Towards a Democracy-Centred Ethics

Forthcoming, Special Issue of Critical Review of Social and Political Philosophy, eds. Kaspar Lippert-Rasmussen and Theresa Scavinius.

25 Pages Posted: 8 Feb 2017

See all articles by Annabelle Lever

Annabelle Lever

University of Geneva - Department of Political Science and International Relations

Date Written: July 24, 2016

Abstract

The core idea of this paper is that we can use the differences between democratic and undemocratic governments to illuminate ethical problems, particularly in the area of political philosophy. Democratic values, rights and institutions lie between the most abstract considerations of ethics and meta-ethics and the most particularised decisions, outcomes and contexts. Hence, this paper argues, we can use the differences between democratic and undemocratic governments, as we best understand them, to structure our theoretical investigations, to test and organise our intuitions and ideas, and to explain and justify our philosophical conclusions in ways analogous to the distinction between consequentialist and deontological theories in moral philosophy, or between liberal and republican principles in political philosophy. In this way – or so I will argue – we can interpret and evaluate competing philosophical claims so that they are morally and politically attractive, as well as logically consistent. Specifically, as we will see, a democracy-centred approach to ethics can help us to distinguish liberal and democratic approaches to political morality in ways that reflect the varieties of democratic theory, and the importance of distinguishing democratic from undemocratic forms of liberalism.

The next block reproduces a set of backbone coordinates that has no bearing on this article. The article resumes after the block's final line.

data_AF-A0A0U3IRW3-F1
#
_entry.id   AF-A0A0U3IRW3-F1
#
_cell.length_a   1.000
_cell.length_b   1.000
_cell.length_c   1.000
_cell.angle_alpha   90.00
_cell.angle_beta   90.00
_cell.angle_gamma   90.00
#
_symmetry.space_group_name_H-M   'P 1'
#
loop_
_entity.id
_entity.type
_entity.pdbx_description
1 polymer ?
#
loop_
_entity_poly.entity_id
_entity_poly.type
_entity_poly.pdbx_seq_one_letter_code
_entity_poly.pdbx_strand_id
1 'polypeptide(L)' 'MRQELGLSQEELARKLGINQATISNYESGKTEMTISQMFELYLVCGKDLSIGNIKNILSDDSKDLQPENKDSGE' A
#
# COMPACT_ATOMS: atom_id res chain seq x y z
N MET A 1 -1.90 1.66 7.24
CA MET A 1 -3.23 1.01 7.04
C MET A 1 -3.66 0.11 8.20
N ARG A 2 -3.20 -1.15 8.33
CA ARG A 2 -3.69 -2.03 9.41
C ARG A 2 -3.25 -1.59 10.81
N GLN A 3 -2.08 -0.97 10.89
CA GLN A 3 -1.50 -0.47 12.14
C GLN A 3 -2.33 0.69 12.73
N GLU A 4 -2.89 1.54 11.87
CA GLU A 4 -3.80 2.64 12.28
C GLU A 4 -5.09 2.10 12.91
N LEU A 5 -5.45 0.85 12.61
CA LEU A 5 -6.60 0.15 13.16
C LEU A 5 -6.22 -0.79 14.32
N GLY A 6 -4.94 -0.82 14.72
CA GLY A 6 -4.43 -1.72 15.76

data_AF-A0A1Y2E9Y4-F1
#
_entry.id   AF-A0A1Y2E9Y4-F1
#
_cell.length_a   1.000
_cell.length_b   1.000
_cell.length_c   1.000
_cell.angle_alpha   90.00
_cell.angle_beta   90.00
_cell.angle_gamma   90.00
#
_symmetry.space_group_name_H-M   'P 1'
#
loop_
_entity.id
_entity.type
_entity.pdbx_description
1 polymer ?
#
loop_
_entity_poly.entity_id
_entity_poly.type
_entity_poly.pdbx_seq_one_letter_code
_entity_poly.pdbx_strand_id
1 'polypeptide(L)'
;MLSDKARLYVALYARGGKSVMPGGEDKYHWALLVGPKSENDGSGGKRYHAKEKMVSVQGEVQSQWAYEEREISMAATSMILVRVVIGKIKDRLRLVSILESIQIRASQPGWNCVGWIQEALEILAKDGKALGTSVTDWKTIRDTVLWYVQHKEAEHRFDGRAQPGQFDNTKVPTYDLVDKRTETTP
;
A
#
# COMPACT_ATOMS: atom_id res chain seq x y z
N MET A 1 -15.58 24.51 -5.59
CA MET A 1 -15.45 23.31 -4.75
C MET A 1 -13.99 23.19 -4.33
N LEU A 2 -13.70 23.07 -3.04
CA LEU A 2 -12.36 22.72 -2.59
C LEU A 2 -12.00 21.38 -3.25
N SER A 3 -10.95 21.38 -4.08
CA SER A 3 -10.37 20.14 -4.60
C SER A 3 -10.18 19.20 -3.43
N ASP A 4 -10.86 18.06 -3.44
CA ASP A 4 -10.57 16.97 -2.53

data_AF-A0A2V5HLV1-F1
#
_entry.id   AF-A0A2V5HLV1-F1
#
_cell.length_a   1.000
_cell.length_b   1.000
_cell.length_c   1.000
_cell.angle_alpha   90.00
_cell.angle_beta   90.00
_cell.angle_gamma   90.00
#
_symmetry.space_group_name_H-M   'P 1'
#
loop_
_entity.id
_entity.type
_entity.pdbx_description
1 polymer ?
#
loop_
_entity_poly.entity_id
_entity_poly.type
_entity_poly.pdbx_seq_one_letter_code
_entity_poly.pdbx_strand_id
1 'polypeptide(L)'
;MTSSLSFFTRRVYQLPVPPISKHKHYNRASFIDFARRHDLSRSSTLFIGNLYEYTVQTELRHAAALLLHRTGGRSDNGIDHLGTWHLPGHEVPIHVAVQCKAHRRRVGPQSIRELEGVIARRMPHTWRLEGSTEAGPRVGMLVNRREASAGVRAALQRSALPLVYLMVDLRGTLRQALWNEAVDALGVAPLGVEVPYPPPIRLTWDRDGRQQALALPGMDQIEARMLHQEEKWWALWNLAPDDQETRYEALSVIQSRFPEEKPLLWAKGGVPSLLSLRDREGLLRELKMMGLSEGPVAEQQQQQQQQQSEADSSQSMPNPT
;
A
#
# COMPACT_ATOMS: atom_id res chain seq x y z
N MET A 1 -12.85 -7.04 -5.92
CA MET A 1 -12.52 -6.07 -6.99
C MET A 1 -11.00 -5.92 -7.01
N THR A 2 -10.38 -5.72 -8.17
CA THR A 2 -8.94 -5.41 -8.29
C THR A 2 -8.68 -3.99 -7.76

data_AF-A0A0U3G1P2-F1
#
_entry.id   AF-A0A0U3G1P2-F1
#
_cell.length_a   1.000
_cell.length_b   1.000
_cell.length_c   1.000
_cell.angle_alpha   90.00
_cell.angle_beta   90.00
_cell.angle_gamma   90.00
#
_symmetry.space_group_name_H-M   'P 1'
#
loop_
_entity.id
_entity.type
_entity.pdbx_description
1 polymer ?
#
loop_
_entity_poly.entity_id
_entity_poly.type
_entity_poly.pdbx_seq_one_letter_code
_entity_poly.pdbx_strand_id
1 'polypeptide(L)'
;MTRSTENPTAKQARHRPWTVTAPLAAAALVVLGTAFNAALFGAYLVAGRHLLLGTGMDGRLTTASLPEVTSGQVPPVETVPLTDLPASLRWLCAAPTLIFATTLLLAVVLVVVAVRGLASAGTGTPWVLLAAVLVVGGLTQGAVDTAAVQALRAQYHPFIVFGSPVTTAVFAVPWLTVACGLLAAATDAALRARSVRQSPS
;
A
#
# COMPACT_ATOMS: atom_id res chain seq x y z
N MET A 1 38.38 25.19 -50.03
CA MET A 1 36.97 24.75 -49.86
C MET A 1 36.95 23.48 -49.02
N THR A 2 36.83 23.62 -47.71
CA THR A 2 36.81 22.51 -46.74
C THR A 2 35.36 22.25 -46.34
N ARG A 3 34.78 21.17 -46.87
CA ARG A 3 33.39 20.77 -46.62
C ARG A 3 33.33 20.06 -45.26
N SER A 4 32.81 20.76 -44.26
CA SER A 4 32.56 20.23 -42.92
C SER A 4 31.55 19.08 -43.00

Keywords: democratic, undemocratic, liberal, republican, constitutionalism, ethics, rights, duties, permissions, Waldron, Christiano, Joshua Cohen, Shklar, outing, privacy, equality, marriage

Suggested Citation

Lever, Annabelle, Towards a Democracy-Centred Ethics (July 24, 2016). Forthcoming, Special Issue of Critical Review of Social and Political Philosophy, eds. Kaspar Lippert-Rasmussen and Theresa Scavinius. . Available at SSRN: https://ssrn.com/abstract=2813846

Annabelle Lever (Contact Author)

University of Geneva - Department of Political Science and International Relations ( email )

40 Boulevard du Pont D'Arve
Geneva, Geneve CH 1207
Switzerland

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